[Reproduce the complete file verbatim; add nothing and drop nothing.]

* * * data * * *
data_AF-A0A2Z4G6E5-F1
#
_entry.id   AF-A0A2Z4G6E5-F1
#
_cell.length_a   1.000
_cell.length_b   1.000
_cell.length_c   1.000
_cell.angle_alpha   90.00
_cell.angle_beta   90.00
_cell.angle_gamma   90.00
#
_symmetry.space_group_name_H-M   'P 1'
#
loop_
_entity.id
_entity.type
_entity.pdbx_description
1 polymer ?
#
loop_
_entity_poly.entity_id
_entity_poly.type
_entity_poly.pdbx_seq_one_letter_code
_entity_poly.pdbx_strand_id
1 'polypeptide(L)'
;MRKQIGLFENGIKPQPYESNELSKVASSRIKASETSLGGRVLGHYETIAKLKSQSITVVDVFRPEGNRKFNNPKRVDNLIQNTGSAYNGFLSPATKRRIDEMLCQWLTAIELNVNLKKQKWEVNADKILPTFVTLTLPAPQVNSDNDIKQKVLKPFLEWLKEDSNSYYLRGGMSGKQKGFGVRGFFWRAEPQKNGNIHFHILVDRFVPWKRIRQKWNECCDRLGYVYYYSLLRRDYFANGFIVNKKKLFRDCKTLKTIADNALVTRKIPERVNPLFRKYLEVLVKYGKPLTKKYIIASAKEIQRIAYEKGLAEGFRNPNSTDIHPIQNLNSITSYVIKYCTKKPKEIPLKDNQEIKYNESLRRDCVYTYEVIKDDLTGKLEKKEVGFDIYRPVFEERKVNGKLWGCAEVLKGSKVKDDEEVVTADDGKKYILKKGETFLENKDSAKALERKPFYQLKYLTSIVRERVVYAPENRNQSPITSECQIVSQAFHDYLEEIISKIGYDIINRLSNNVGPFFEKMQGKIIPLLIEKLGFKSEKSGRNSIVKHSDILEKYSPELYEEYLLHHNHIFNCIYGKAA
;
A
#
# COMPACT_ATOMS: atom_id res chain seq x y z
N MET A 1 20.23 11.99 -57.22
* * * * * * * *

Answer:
data_AF-A0A2Z4G6E5-F1
#
_entry.id   AF-A0A2Z4G6E5-F1
#
_cell.length_a   1.000
_cell.length_b   1.000
_cell.length_c   1.000
_cell.angle_alpha   90.00
_cell.angle_beta   90.00
_cell.angle_gamma   90.00
#
_symmetry.space_group_name_H-M   'P 1'
#
loop_
_entity.id
_entity.type
_entity.pdbx_description
1 polymer ?
#
loop_
_entity_poly.entity_id
_entity_poly.type
_entity_poly.pdbx_seq_one_letter_code
_entity_poly.pdbx_strand_id
1 'polypeptide(L)'
;MRKQIGLFENGIKPQPYESNELSKVASSRIKASETSLGGRVLGHYETIAKLKSQSITVVDVFRPEGNRKFNNPKRVDNLIQNTGSAYNGFLSPATKRRIDEMLCQWLTAIELNVNLKKQKWEVNADKILPTFVTLTLPAPQVNSDNDIKQKVLKPFLEWLKEDSNSYYLRGGMSGKQKGFGVRGFFWRAEPQKNGNIHFHILVDRFVPWKRIRQKWNECCDRLGYVYYYSLLRRDYFANGFIVNKKKLFRDCKTLKTIADNALVTRKIPERVNPLFRKYLEVLVKYGKPLTKKYIIASAKEIQRIAYEKGLAEGFRNPNSTDIHPIQNLNSITSYVIKYCTKKPKEIPLKDNQEIKYNESLRRDCVYTYEVIKDDLTGKLEKKEVGFDIYRPVFEERKVNGKLWGCAEVLKGSKVKDDEEVVTADDGKKYILKKGETFLENKDSAKALERKPFYQLKYLTSIVRERVVYAPENRNQSPITSECQIVSQAFHDYLEEIISKIGYDIINRLSNNVGPFFEKMQGKIIPLLIEKLGFKSEKSGRNSIVKHSDILEKYSPELYEEYLLHHNHIFNCIYGKAA
;
A
#
# COMPACT_ATOMS: atom_id res chain seq x y z
N MET A 1 20.23 11.99 -57.22